By Ron Price

After 50 years of serving in a wide variety of leadership roles, I’m convinced that every leader will face multiple crises as a normal part of the leadership journey. In my own experience, I have found myself in the middle of crises brought on by leadership failures, destructive fires, economic downturns, supply chain breakdowns, regulatory battles, business fraud, work violence, and now in 2020, a global pandemic. For much of my career, I viewed these crises as interruptions and distractions, seeking to put them behind as quickly as possible so we could get back to our organizational plans.

What if crises are an important and useful part of the life cycle for leaders and the organizations they serve? What if we could use crises to increase the trajectory for future success? What if the following quote from personal growth expert, Napoleon Hill, became a pivotal belief in our mindset as leaders?

“Every problem, every adversity, and every heartache has contained within it the seeds of equivalent or greater benefit.”

If we really believed this quote, we would immediately view each crisis as new opportunity. We would face crisis with an optimistic belief that something good was waiting to be discovered. And with the belief that “luck comes to us when preparation meets opportunity,” we would spring into action with enthusiasm and a positive expectation for the future.

Starting with the right mindset about crisis, we can then take practical steps to lead others through the turmoil to a brighter future. How? I believe the following steps will help those we lead join us in exercising hope for the future after a crisis:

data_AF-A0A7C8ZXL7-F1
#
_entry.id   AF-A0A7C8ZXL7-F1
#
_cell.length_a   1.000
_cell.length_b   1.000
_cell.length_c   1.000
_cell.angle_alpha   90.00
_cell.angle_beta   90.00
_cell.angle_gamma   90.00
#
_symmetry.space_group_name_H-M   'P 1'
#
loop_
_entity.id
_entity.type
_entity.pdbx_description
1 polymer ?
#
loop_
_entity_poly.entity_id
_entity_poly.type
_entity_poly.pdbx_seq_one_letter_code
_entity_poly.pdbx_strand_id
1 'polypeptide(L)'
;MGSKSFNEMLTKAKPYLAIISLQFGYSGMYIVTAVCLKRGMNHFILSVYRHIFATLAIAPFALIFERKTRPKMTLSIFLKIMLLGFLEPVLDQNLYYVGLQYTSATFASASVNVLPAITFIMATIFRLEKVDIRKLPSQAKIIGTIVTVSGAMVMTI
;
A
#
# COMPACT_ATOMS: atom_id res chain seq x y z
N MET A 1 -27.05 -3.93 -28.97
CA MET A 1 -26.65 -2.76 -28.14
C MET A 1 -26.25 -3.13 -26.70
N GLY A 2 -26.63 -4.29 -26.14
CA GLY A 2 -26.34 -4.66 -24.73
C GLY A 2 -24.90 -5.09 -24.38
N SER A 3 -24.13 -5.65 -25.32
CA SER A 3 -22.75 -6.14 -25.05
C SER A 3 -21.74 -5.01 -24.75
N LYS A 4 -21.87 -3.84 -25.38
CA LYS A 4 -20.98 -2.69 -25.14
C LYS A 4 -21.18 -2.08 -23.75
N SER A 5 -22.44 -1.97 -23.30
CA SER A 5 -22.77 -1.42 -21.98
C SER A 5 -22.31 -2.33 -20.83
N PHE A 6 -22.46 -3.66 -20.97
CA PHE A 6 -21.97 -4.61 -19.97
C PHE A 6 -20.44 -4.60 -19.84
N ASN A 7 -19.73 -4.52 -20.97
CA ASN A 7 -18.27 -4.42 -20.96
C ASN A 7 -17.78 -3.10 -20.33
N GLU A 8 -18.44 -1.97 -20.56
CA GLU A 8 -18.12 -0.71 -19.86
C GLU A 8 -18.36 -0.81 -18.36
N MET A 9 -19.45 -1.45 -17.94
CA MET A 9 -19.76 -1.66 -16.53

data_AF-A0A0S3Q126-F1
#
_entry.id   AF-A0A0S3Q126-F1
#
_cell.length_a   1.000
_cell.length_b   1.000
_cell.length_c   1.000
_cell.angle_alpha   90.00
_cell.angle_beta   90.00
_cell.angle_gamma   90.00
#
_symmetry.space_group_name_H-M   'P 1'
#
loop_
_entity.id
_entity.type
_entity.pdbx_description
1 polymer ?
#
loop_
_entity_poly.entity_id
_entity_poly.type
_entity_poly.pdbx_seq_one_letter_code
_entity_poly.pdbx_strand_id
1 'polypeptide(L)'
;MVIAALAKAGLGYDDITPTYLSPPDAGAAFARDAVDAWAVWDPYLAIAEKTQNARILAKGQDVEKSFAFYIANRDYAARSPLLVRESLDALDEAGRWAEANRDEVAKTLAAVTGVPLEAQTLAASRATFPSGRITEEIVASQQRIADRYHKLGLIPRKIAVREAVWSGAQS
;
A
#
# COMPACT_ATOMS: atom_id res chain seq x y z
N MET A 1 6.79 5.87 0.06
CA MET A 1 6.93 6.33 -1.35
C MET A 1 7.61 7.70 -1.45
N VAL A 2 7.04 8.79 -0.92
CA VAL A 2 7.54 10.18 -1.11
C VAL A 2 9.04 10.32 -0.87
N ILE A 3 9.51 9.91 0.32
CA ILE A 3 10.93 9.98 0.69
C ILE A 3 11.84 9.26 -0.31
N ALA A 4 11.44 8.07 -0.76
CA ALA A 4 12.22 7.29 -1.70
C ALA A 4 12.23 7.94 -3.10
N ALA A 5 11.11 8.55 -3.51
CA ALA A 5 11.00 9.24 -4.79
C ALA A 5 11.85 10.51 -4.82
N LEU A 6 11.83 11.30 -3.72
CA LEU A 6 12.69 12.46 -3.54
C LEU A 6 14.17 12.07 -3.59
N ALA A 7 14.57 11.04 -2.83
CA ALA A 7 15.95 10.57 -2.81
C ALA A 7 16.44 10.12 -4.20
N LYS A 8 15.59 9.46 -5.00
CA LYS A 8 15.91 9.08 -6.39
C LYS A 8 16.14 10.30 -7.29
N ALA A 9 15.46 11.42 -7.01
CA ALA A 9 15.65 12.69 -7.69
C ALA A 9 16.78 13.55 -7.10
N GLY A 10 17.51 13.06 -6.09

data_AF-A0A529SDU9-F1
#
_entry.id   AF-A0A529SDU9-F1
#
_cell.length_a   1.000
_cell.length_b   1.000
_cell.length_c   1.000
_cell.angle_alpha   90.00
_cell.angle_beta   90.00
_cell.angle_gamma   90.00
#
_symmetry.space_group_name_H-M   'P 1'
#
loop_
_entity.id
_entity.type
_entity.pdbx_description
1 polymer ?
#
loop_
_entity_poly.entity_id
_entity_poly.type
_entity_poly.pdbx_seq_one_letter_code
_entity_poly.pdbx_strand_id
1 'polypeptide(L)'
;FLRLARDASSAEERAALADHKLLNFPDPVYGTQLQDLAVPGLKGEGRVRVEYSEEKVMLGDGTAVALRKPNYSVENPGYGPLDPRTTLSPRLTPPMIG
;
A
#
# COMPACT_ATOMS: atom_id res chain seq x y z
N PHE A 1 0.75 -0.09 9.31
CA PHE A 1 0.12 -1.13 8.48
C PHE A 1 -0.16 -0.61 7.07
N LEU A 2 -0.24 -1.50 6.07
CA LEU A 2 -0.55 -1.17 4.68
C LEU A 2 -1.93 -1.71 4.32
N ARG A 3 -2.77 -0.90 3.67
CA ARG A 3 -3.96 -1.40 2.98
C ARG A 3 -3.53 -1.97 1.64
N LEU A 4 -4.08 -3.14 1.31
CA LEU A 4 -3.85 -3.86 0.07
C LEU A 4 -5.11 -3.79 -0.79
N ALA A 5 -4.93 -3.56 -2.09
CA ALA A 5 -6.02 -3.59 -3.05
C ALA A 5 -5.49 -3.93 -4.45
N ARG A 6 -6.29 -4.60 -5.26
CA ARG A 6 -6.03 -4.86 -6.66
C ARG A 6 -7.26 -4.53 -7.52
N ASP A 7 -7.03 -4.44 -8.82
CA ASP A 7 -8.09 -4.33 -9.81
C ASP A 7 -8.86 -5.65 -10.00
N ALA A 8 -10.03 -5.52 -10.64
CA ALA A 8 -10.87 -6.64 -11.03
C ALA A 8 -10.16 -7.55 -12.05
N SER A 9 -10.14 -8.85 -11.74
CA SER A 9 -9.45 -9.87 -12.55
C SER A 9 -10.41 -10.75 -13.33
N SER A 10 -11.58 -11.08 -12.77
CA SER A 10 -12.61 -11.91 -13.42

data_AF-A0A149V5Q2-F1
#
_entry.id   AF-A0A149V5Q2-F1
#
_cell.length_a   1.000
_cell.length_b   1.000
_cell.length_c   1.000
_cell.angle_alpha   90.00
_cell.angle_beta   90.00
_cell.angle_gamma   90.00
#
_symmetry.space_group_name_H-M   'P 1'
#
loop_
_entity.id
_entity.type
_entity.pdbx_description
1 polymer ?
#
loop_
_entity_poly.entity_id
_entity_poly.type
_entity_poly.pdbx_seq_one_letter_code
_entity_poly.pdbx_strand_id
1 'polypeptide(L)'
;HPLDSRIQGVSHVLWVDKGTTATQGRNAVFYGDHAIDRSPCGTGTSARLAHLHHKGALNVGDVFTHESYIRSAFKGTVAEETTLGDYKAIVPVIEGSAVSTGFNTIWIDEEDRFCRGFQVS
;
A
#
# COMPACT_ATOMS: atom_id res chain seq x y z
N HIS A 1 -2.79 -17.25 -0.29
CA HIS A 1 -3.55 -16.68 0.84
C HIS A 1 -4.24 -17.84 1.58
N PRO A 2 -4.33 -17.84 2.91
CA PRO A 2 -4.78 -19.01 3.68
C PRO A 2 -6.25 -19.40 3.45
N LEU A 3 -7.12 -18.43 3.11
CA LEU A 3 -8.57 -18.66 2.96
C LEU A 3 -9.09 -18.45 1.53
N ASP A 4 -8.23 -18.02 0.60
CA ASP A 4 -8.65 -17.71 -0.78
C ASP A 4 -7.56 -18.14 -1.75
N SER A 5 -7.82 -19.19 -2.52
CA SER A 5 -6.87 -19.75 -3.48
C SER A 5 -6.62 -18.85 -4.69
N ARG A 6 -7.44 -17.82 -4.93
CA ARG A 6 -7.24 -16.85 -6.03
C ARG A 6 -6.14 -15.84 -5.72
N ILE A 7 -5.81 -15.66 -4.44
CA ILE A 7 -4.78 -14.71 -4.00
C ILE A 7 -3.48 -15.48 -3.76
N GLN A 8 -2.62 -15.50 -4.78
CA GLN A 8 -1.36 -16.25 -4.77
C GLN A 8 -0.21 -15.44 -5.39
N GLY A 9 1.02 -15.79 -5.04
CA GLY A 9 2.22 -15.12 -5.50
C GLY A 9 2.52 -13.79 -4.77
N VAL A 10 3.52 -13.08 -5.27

1. Set the example by how you care for yourself. To navigate a crisis successfully, we need to summon deeper levels of strength. By setting the example of self-care, we can inspire others to do the same.
  2. Be honest about the crisis. Followers need to know that their leaders see things as they are in a crisis before they can fully embrace an optimistic view of future possibilities.
  3. Don’t make promises you can’t fulfill. It can be tempting to reassure others through confident assertions about the future. However, it is always better to under-promise and then over-deliver as you work your way through the crisis.
  4. Realign commitments and resources as soon as possible. Every crisis requires adjustments to plans, budgets, resources, and commitments. Thinking these adjustments through early, then communicating them clearly, will help followers have confidence and support the necessary changes.
  5. Think differently about the future. Crisis is an opportune time for creativity and innovation. Innovation includes creating new value for customers through new products or services, more efficient processes, rethinking market positioning, and sometimes, complete paradigm changes in the nature of your business.
  6. Communicate well and often. Crisis often brings a loss of predictability. Followers need to hear from their leaders regularly. They need to hear clear, consistent messages that evolve as clarity around the new circumstances grows.
  7. Communicate gratitude instead of victimization. Leaders well equipped for crisis are resilient and flexible. Though they can’t control everything happening, they are intentional in finding things to be genuinely grateful for and they don’t succumb to temptations to complain, blame, or express discouragement.

When we realize that crises will come throughout our careers and that these moments of abrupt change present real opportunities for growth, we will prepare and then respond better. Instead of being slowed down by crisis, we will be propelled to greater success and deeper fulfillment, both for ourselves and those we lead.

Ron Price is a leadership advisor, strategist and author whose latest books include The Complete Leader, Growing Influence and The Innovator’s Advantage. Contact Ron at with questions about leadership and crisis.